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Old 25 February 2017, 16:59   #35
Join Date: Jan 2010
Location: Kansas
Posts: 1,284
Originally Posted by Anakirob View Post
No 3D support? Are you sure about that? I'm pretty sure line drawing and flood filling are features of the Agnus chip, which would mean that there IS in fact 3D support features in the Amiga's chipset.

Ok, so it's nowhere near as complex as more modern 3D hardware, and textures are out. But polygons are polygons and 3D is 3D and the Amiga does in fact support this at the hardware level all the way back to the Amiga 1000.
Shall we say the Amiga custom chips had no 3D specific support then? Copper chunky was low resolution 2x2 or worse and improved with AGA but only compensated for part of the handicap of not having native chunky modes. The blitter could be used to fill 3D objects which was useful until texture mapping arrived. The limits of these techniques was reached somewhere between Frontier Elite and Wolfenstein.

Originally Posted by Anakirob View Post
And as for no chunky support. The CD32 does feature C2P conversion hardware, so obviously this feature was on Commodore's engineering team's radar. And if I'm reading the information correctly the Hombre would have had native chunky screen modes.
The CD32 C2P support required passing arrays of pixels through a register in hardware which is an extra step which is unnecessary with native chunky. It provided a speedup with a slow CPU (and no fast memory) but may have been a bottleneck with a fast CPU. It is lame support considering all the advantages of chunky and how much of the computer market was using it for higher color displays. It was not even that difficult to add as can be seen by the new FPGA Amiga chunky modes. From what I have read, the Hombre would have *only* had chunky modes. It was planned to be capable of being used as a gfx enhancement for the Amiga (Zorro III card?). Perhaps it would have overlayed the AGA or simply passed through AGA modes like the original CyberVision gfx card. The original 3DFX Voodoo 1 and 2 were 3D accelerators and did not include 2D support which came from the PC. Perhaps later it could have all been integrated but there needed to be plans to increase performance of both the 68k and 3D or they would have fallen further and further behind in competition with PC gaming (maybe nice embedded setup for set top boxes and kiosks though). We can already see that the 3D performance of a PA-7150 RISC CPU with SIMD was unimpressive. Double the clock speed of the 68060 and it could outperform the PA-7150 gfx accelerator. Add a nice SIMD and the performance could be doubled again. The 3D accelerator can turn into a 3D decelerator as happened with the S3 VIRGE (Cybervision 64/3D) and high performance PC CPUs.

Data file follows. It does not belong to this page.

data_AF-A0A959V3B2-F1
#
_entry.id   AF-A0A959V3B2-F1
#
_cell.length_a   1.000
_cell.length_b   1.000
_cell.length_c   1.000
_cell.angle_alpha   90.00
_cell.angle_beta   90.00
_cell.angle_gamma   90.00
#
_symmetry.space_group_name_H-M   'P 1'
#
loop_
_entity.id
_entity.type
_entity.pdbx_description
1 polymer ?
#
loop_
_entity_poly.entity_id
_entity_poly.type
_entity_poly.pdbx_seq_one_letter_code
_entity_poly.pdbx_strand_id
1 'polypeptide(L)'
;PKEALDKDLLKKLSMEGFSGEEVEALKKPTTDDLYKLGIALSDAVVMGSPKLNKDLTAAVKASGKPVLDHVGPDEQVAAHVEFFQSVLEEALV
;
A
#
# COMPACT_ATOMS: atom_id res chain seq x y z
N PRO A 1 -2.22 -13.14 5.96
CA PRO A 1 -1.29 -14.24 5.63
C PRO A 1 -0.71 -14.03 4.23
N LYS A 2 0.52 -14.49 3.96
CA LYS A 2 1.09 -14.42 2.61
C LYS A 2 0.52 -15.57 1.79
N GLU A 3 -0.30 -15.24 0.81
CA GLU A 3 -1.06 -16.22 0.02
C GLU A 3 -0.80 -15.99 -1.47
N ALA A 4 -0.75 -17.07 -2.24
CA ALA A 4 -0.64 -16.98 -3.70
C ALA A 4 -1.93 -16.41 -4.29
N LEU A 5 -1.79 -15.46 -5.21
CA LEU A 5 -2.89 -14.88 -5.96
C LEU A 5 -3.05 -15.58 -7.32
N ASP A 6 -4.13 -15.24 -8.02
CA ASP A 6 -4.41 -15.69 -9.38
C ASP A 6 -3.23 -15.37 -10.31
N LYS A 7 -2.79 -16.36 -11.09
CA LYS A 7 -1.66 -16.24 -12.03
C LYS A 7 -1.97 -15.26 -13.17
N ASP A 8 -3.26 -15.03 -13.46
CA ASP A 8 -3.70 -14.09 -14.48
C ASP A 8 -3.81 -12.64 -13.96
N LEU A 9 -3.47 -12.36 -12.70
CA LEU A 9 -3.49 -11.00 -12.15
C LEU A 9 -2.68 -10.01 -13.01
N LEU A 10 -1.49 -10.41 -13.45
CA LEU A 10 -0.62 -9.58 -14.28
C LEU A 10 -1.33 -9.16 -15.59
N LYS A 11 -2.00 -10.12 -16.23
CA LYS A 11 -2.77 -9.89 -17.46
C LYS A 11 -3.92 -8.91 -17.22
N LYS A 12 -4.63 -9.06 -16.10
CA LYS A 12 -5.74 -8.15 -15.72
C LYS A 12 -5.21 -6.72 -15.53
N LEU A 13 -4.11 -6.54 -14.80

Originally Posted by
When performing basic 3D-rendering with only texture mapping and no
other advanced features, ViRGE's pixel throughput was somewhat faster than the best software-optimized (host-based CPU) 3D-rendering of the era, and with better (16bpp) color fidelity. But when additional rendering operations were added to the polygon load (such as perspective-correction, Z-depth fogging, and bilinear filtering, rendering throughput dropped to the speed of software-based rendering on an entry-level CPU, which was unacceptable to most gamers. Due to this abysmal 3D-rendering performance, the ViRGE earned the dubious distinction of being the world's first "graphics decelerator."
The S3 Virge provides 3D acceleration on most classic Amigas because they have slow CPUs and it provided chunky (saving the C2P) while offloading the Amiga custom chips from stealing cycles from the CPU at higher resolutions and colour depths.
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